Several recent news items testify to the truth of Qoheleth’s complaint that “There is nothing new under the sun” (Ecclesiastes 1:9).
The continuing panic on Wall Street may reflect the oldest news of all: with seven straight days of losses (six by triple digits), the market closed Oct. 9 a full 39 percent below a year ago, when it reached a record high. Professional money managers may have lots of economic savvy, complicated charts and computerized prognosticators, but none of those can stand up to a full-fledged panic. Rationality has gone out the window on Wall Street almost as fully as it did during the halcyon days of the housing/mortgage bubble: if everyone else is getting in — or getting out — then we’d best do the same.
We like to think we’re a civilized people, but let there be lines at the gas pumps, bad economic news, or rumors of a bomb, and we’ll stampede all over each other like a herd of wildebeest spooked by a sharp-toothed predator. Lions and tigers and bears, oh my!
It’s also sad — but also old news — that this year’s political campaigns are spending gajillions of dollars on misleading, deceptive, and outright false advertising — and no one is held accountable for spreading outright lies about their opponent. Neither presidential campaign is innocent, but once again, Republicans are way ahead in the “liar, liar, pants on fire” category, according to fact-checker PolitiFact.com. When you see a candidate adding the tagline “I’m so-and-so, and I approved of this message” right after a big hairy Swiftboat-style lie, it says something about a candidate’s integrity. But, many people scare easily and will believe anything, and unscrupulous politicos use that to their advantage.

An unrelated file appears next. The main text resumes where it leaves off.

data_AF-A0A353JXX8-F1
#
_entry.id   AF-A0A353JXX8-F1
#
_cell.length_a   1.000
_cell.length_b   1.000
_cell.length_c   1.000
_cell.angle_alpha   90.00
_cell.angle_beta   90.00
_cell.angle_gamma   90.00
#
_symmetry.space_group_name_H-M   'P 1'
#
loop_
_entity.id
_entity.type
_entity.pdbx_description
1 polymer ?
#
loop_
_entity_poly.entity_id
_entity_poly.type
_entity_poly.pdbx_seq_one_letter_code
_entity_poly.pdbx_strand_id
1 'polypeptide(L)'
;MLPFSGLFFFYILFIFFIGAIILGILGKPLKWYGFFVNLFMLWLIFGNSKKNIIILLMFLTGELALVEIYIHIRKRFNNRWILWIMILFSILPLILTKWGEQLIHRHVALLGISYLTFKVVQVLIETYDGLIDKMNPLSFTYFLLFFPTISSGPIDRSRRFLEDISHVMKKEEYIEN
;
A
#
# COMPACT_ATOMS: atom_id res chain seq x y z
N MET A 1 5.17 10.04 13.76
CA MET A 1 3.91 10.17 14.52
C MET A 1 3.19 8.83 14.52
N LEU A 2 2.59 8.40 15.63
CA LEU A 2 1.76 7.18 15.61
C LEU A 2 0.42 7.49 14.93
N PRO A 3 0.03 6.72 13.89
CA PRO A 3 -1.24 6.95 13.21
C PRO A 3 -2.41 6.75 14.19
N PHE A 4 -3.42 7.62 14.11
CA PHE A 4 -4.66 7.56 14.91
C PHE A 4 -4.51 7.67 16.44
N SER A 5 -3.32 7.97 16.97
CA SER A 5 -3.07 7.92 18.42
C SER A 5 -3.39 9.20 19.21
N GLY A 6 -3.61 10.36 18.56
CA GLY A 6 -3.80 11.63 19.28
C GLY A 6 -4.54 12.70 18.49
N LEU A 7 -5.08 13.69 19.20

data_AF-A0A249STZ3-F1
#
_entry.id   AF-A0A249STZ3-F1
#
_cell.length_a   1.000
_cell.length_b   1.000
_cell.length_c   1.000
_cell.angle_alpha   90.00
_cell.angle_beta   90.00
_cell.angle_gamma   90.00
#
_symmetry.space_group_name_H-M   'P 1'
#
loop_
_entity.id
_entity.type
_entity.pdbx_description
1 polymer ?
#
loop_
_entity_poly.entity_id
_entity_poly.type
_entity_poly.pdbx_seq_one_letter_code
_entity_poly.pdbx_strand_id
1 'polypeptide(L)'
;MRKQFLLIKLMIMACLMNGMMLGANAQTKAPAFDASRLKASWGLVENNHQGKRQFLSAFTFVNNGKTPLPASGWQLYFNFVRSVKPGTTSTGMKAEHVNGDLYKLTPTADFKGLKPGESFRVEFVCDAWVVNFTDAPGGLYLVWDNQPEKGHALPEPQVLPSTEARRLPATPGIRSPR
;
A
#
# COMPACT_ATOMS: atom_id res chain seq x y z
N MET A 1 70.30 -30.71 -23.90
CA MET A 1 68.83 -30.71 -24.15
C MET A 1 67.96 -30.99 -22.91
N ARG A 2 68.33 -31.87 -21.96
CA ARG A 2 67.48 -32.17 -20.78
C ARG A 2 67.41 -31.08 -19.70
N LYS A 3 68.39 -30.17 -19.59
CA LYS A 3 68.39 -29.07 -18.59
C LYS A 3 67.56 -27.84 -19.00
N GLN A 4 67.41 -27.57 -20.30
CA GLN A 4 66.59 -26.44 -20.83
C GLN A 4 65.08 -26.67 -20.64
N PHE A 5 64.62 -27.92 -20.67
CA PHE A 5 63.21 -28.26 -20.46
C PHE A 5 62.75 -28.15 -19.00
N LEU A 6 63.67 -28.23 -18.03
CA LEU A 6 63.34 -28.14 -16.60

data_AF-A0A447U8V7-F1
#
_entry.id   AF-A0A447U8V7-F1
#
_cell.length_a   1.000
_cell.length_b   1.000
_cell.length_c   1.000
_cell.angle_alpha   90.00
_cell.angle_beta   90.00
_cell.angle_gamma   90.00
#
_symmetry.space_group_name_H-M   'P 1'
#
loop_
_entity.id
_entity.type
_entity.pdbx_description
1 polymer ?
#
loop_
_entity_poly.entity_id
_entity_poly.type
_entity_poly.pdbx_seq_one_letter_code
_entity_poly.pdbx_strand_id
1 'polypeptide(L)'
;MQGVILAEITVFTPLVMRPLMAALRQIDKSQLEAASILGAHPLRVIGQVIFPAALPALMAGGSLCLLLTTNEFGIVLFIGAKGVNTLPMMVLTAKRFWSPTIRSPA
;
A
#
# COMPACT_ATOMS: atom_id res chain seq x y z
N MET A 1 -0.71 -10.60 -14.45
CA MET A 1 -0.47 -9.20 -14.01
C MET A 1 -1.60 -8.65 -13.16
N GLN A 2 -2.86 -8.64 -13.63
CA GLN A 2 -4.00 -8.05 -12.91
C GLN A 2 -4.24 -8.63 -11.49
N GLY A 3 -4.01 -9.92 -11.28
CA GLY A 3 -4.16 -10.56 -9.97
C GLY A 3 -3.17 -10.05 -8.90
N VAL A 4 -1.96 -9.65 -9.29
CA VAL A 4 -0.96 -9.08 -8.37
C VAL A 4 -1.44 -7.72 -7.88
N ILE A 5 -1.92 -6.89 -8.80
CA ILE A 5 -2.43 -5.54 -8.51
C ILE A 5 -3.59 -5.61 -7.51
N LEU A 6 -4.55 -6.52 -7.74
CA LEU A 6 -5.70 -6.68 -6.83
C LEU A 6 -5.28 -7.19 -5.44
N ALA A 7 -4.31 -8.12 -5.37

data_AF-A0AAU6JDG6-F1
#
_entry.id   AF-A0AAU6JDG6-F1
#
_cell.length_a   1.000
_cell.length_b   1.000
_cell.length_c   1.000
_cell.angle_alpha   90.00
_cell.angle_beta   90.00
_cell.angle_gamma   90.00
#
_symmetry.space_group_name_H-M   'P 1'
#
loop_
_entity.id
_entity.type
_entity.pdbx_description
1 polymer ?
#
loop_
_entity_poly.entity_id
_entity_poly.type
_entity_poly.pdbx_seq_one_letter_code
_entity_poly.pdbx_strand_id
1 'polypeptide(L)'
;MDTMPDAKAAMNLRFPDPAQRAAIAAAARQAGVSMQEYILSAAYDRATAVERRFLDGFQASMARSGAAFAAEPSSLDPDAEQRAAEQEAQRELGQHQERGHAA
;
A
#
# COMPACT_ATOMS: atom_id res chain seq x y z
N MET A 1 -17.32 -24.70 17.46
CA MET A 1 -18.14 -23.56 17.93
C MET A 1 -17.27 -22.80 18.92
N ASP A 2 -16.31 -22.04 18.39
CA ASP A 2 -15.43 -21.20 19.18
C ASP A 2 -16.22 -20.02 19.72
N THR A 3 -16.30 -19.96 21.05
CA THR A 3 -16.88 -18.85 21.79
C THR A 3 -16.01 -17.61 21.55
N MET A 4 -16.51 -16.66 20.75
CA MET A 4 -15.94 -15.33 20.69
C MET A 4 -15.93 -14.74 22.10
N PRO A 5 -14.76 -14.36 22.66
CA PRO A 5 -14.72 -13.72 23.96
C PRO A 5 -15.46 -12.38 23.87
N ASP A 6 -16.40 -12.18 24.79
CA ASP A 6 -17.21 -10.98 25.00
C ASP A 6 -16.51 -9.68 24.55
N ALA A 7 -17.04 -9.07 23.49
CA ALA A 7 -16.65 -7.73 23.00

As with the economic situation, I yearn for a return to rational thinking, and I long for a law that would create consequences for those who knowingly distort the truth in their political advertising. If nothing else, I wish candidates and supporters who claim to follow God would give some attention to the ninth commandment.
In other old news, we are reminded that younger evangelicals differ from their elders on a number of points, including their attitudes toward gays and gay rights. Keep an eye on this, because it could have a significant impact on the future of many churches. It’s nothing new for young adults to desert the faith of their fathers and mothers, but shifting attitudes toward homosexuality are escalating, and likely to intensify that trend. Younger adults are more likely to have gay friends, to defend them when they face rejection or ostracism from the church, and to follow them out the door if they are singled out for condemnation.
One last bit — Bob Allen, new news editor for Associated Baptist Press, has provided a helpful summary of a new book about Southern Baptist women. Written by former Southern Baptist Susan Shaw and based on 150 interviews, the book (God Speaks to Us, Too: Southern Baptist Women on Church, Home & Society) reveals that women in Southern Baptist life exercise influence far beyond what the Convention’s doctinal statement would suggest. Though many women outwardly accept the submissive role assigned to them at home and in church, the truth is that they wield considerable clout in both places, and aren’t afraid to use it.
Is anyone surprised by that?
That’s one bit of old news, at least, for which I’m grateful.